Financial Wellness @ Work

How to Enjoy Black Friday without Going into the Red

Black Friday has been a shopping tradition for many years.  I remember when my son, Brian, was a baby and we were visiting my parents, he was rather fussy and was driving my father crazy.  So the day after Thanksgiving, he went into town to purchase a baby swing at Toys R Us ®.  That was 23 years ago and he hasn’t forgotten it!  He thought the baby was fussy, Black Friday shoppers are in a league of their own – they were then and they are now, so he now knows to stay out of the way or stay home.  He did come home with a swing which made the rest of our Thanksgiving holiday weekend much more pleasant.

I’ve come to embrace Black Friday myself because of the special deals – even if you don’t get up at 4 am to get them.  With a little planning and preparation, holiday shopping can be a good experience all around.  Without the planning, it can be a disaster.  I talked to a gentleman on our financial helpline last week who was having trouble making ends meet and was trying to take a loan on his 401(k) to pay for dental work.  He had no emergency fund and the dentist wanted the co-pay up front.  Even so, Christmas presents for the family were on his mind.  He was going to up his loan amount since Christmas was coming up.  He didn’t want his little boys to do without.

He really didn’t know that his family could have a wonderful holiday season with special gifts without going broke getting them.  Deals on Black Friday are only one aspect by being a smart shopper and planner for the holiday season, it can be done.  Here are some tried and true holiday shopping tips:

Spend time planning before you go shopping.  Walking into the mall without a plan is a recipe for disaster.  First of all, remember that when you are going into a store, you are in the store’s “territory” – you are constantly being marketed to.  I shop at TJ Maxx (love the deals there and quality merchandise),  and I noticed they just changed their check out set up which now takes you through a special aisle filled with little things (that you don’t need) like coffee mugs, candles, headsets for your iPod, leg warmers, and books for a baby.  I succumbed to the pressure one day and bought a Sharper Image dog pedometer for $4.  Really?  I need that?  We haven’t used it yet though it is cute – shaped like a little dog bone.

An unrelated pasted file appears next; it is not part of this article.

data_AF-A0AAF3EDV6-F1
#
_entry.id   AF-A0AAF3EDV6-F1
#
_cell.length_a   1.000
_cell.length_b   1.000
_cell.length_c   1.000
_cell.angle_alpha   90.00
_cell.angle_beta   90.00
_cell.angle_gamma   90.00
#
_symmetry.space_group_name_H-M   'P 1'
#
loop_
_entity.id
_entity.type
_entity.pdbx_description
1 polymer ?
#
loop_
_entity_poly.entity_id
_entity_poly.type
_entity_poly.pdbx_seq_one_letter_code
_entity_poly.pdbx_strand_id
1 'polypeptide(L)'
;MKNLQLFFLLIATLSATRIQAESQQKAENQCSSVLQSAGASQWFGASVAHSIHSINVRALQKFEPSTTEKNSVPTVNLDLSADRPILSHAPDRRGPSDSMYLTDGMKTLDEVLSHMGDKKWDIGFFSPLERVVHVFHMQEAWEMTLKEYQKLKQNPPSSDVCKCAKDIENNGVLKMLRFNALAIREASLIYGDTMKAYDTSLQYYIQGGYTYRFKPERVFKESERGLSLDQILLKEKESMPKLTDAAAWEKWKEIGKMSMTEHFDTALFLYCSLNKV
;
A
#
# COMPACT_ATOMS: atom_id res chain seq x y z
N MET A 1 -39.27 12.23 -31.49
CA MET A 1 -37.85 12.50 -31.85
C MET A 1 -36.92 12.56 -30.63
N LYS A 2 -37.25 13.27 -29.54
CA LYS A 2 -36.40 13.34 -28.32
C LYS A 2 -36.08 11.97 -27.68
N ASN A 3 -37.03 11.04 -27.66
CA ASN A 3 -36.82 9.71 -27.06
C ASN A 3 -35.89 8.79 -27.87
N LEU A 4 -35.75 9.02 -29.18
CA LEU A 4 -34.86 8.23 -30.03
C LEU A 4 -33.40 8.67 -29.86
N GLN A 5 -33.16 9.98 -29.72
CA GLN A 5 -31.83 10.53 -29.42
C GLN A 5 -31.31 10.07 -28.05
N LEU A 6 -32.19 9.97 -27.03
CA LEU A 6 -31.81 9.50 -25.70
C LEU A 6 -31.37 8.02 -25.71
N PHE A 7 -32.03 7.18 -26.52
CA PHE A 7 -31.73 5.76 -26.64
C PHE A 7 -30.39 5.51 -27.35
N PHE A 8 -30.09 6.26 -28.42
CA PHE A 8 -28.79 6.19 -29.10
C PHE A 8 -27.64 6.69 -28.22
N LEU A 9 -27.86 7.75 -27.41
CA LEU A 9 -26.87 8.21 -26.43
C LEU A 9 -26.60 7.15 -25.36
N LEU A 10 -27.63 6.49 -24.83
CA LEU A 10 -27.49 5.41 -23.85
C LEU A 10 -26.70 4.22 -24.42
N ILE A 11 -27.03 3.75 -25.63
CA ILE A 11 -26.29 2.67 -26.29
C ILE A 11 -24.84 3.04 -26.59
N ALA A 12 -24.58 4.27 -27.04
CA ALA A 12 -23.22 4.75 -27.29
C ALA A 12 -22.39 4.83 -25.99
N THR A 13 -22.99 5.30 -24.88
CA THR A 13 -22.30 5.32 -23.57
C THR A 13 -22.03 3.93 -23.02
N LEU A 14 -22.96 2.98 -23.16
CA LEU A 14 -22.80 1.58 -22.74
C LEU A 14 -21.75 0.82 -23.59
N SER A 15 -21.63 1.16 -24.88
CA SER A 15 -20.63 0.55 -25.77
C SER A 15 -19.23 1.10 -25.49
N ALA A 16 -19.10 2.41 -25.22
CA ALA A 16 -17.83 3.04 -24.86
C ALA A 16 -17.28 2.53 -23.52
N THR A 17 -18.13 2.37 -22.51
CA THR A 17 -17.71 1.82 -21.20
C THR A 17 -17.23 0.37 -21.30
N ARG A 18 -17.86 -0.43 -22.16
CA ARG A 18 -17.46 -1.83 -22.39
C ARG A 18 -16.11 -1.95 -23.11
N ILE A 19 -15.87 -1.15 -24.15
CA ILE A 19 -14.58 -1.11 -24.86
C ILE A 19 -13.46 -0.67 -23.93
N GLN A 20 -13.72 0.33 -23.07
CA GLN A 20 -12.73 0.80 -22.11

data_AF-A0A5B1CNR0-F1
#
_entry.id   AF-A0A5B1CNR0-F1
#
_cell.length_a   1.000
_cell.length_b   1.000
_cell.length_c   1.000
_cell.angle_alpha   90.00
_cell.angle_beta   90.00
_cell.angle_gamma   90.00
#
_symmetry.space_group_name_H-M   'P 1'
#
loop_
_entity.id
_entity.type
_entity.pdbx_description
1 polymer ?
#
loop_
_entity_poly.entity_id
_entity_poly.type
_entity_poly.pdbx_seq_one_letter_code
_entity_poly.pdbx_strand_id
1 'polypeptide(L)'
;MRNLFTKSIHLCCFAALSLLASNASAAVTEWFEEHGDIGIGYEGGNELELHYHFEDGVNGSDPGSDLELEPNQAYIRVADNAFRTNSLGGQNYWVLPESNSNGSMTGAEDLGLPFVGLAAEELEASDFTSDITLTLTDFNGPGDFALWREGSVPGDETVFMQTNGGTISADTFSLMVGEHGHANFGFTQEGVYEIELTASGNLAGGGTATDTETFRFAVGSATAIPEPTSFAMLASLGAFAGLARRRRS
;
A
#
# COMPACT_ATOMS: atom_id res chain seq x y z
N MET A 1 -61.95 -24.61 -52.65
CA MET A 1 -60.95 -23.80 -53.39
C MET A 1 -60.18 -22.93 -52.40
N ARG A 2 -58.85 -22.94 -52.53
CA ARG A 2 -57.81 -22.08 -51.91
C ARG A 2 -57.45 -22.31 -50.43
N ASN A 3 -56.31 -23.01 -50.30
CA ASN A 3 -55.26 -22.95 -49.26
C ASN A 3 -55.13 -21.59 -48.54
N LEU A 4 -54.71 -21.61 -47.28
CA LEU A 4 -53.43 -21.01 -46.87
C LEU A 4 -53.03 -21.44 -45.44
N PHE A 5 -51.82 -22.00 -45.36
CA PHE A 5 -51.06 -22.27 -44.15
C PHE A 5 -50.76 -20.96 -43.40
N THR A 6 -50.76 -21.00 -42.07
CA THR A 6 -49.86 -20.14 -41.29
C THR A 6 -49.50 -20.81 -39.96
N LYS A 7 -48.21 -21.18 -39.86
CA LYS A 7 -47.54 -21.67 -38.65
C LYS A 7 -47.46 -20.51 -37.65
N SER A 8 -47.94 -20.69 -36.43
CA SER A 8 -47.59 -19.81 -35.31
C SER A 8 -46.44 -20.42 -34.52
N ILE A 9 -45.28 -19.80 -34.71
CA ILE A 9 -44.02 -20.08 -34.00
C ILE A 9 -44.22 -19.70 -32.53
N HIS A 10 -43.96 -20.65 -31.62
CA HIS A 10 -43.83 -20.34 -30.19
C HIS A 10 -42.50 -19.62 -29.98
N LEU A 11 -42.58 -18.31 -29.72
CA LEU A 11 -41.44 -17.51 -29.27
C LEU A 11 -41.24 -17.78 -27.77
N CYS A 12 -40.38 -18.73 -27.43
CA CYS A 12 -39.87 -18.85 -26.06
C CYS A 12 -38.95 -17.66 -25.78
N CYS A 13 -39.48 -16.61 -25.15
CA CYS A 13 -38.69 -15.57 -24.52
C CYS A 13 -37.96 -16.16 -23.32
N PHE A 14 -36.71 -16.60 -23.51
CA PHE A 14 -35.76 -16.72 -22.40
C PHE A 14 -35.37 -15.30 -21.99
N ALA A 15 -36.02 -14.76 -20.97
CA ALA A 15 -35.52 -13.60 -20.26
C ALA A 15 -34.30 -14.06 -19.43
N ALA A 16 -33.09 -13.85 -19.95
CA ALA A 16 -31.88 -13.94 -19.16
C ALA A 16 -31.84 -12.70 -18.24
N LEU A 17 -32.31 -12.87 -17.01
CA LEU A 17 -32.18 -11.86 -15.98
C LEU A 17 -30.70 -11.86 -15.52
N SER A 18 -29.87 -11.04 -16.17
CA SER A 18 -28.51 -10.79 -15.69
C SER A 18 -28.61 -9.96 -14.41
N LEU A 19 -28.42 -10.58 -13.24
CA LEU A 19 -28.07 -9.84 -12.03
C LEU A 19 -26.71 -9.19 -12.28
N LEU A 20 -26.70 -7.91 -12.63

Start with a reasonable budget for your holiday spending.  Sit down and review how much you have in savings and how much you want to (and can afford to) spend on presents.  If money is tight, make homemade gifts so you don’t go into debt.  Your loved ones would be seriously upset with you if you did!  They’d rather have a pot holder or a jar of your homemade jam than a gift you can’t afford.  Homemade gifts are coveted because the giver spent time and energy on the gift or they came up with something clever to amuse you.

Determine who you’ll buy gifts for and itemize your list.  Once you have that, you can start to find deals.  Black Friday ads can help– you can find low cost gifts if you do your homework.  Whether it is DVD’s at Best Buy® for $2 instead of $15 or memory cards at The Shack® for the camera buff can be found super cheap if you look.

Shop online.  Many online retailers participate in the Black Friday super sales and other daily deals, and many offer low cost or free shipping.  You can also read the online reviews – I always get a lot out of the reviews on Amazon.com®.  Shopping online can also save you money even if you have to pay shipping by helping you avoid the impulse purchases at checkout!  I wonder how much we actually “add on” when we shop at the store including buying things for ourselves.  Maybe it would be better to do most of our shopping online.

Make it an experience – literally.  One of our planners did something different last year – they booked a family trip for the following year.  Under the Christmas tree, her family had travel brochures wrapped up in boxes decorated with pretty bows.  They booked a Thanksgiving cruise for the whole family which they will be taking this year (this week!) so they were able to get rock bottom prices for booking early and will enjoy this family experience cruising the warm waters of the Caribbean while their home town is socked in with snow and ice.  They also had a whole year to plan and anticipate their adventure so their holiday excitement was extended.

Track your progress.  Other than planning, this might be the most important aspect to staying on budget.  Keep a running total of your spending – go “old school” by keeping a little notebook in your purse or in your car and make notations whenever you spend for the holidays.  If you open a special holiday spending account, you can track your progress using an app like Mint.com on your phone.  Writing it down or tracking it daily can help you keep your budget top of mind when you are falling prey to marketing or your own emotions that pull you from your goal.

I am trying to think back at some of my favorite Christmas presents and my mind is flooded with memories – not so much of the presents but of family and friends.  I remember going to Midnight Mass, leaving out cookies for Santa, wonderful meals, playing penny poker with the guys, and seeing the house completely messy and not caring one bit.  The presents were part of the experience but not the most important part.  Was it the same way for you?  If so, enjoy the planning and the gift buying, but let’s keep our perspective.

Watch out if you are in my office pool for white elephant gifts.  You just might see a doggy pedometer shaped like a dog biscuit.  It’s really cute :)

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